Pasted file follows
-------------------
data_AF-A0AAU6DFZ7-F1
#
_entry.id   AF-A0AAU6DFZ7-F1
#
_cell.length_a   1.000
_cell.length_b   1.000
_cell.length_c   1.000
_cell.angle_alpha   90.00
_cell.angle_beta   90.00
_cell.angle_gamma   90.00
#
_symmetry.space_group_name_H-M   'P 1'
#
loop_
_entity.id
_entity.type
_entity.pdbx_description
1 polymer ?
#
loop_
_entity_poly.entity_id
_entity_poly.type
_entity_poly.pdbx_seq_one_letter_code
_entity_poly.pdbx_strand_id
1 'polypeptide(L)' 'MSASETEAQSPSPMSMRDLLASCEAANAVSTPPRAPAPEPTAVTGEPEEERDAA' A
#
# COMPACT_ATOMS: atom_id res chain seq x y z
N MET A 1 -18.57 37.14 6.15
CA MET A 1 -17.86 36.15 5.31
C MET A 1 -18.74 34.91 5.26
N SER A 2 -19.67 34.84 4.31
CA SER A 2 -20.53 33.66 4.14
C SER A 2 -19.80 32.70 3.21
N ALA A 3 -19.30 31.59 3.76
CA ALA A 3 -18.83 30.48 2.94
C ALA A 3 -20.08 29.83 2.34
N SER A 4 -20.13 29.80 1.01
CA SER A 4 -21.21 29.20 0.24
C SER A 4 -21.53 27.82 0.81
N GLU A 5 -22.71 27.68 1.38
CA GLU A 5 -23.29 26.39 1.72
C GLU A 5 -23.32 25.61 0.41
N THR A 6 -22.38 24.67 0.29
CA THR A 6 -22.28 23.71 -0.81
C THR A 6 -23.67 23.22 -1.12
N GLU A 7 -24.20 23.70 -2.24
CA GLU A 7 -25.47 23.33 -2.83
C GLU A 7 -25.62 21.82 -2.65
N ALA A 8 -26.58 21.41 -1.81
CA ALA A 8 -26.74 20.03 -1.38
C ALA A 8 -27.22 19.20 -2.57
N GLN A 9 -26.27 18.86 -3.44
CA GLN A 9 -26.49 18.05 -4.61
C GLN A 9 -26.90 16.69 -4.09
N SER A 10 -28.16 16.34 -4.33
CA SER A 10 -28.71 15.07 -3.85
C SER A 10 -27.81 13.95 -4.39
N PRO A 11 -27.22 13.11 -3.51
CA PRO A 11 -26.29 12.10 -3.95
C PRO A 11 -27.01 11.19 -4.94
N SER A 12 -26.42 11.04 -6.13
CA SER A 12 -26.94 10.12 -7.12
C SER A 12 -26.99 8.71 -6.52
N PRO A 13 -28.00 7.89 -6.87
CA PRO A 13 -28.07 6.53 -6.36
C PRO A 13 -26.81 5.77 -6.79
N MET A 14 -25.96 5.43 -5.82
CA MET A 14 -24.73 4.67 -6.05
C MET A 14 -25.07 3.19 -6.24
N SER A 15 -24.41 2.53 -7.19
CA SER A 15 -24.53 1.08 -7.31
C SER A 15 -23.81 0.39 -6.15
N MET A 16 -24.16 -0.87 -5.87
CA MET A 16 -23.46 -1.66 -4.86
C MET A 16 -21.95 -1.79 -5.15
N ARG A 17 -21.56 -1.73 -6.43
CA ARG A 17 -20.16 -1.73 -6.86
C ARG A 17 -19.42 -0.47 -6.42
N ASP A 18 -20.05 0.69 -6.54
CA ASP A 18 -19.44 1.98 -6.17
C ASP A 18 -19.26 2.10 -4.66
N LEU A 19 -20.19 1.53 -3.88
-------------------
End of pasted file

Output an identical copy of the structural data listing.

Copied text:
data_AF-A0AAU6DFZ7-F1
#
_entry.id   AF-A0AAU6DFZ7-F1
#
_cell.length_a   1.000
_cell.length_b   1.000
_cell.length_c   1.000
_cell.angle_alpha   90.00
_cell.angle_beta   90.00
_cell.angle_gamma   90.00
#
_symmetry.space_group_name_H-M   'P 1'
#
loop_
_entity.id
_entity.type
_entity.pdbx_description
1 polymer ?
#
loop_
_entity_poly.entity_id
_entity_poly.type
_entity_poly.pdbx_seq_one_letter_code
_entity_poly.pdbx_strand_id
1 'polypeptide(L)' 'MSASETEAQSPSPMSMRDLLASCEAANAVSTPPRAPAPEPTAVTGEPEEERDAA' A
#
# COMPACT_ATOMS: atom_id res chain seq x y z
N MET A 1 -18.57 37.14 6.15
CA MET A 1 -17.86 36.15 5.31
C MET A 1 -18.74 34.91 5.26
N SER A 2 -19.67 34.84 4.31
CA SER A 2 -20.53 33.66 4.14
C SER A 2 -19.80 32.70 3.21
N ALA A 3 -19.30 31.59 3.76
CA ALA A 3 -18.83 30.48 2.94
C ALA A 3 -20.08 29.83 2.34
N SER A 4 -20.13 29.80 1.01
CA SER A 4 -21.21 29.20 0.24
C SER A 4 -21.53 27.82 0.81
N GLU A 5 -22.71 27.68 1.38
CA GLU A 5 -23.29 26.39 1.72
C GLU A 5 -23.32 25.61 0.41
N THR A 6 -22.38 24.67 0.29
CA THR A 6 -22.28 23.71 -0.81
C THR A 6 -23.67 23.22 -1.12
N GLU A 7 -24.20 23.70 -2.24
CA GLU A 7 -25.47 23.33 -2.83
C GLU A 7 -25.62 21.82 -2.65
N ALA A 8 -26.58 21.41 -1.81
CA ALA A 8 -26.74 20.03 -1.38
C ALA A 8 -27.22 19.20 -2.57
N GLN A 9 -26.27 18.86 -3.44
CA GLN A 9 -26.49 18.05 -4.61
C GLN A 9 -26.90 16.69 -4.09
N SER A 10 -28.16 16.34 -4.33
CA SER A 10 -28.71 15.07 -3.85
C SER A 10 -27.81 13.95 -4.39
N PRO A 11 -27.22 13.11 -3.51
CA PRO A 11 -26.29 12.10 -3.95
C PRO A 11 -27.01 11.19 -4.94
N SER A 12 -26.42 11.04 -6.13
CA SER A 12 -26.94 10.12 -7.12
C SER A 12 -26.99 8.71 -6.52
N PRO A 13 -28.00 7.89 -6.87
CA PRO A 13 -28.07 6.53 -6.36
C PRO A 13 -26.81 5.77 -6.79
N MET A 14 -25.96 5.43 -5.82
CA MET A 14 -24.73 4.67 -6.05
C MET A 14 -25.07 3.19 -6.24
N SER A 15 -24.41 2.53 -7.19
CA SER A 15 -24.53 1.08 -7.31
C SER A 15 -23.81 0.39 -6.15
N MET A 16 -24.16 -0.87 -5.87
CA MET A 16 -23.46 -1.66 -4.86
C MET A 16 -21.95 -1.79 -5.15
N ARG A 17 -21.56 -1.73 -6.43
CA ARG A 17 -20.16 -1.73 -6.86
C ARG A 17 -19.42 -0.47 -6.42
N ASP A 18 -20.05 0.69 -6.54
CA ASP A 18 -19.44 1.98 -6.17
C ASP A 18 -19.26 2.10 -4.66
N LEU A 19 -20.19 1.53 -3.88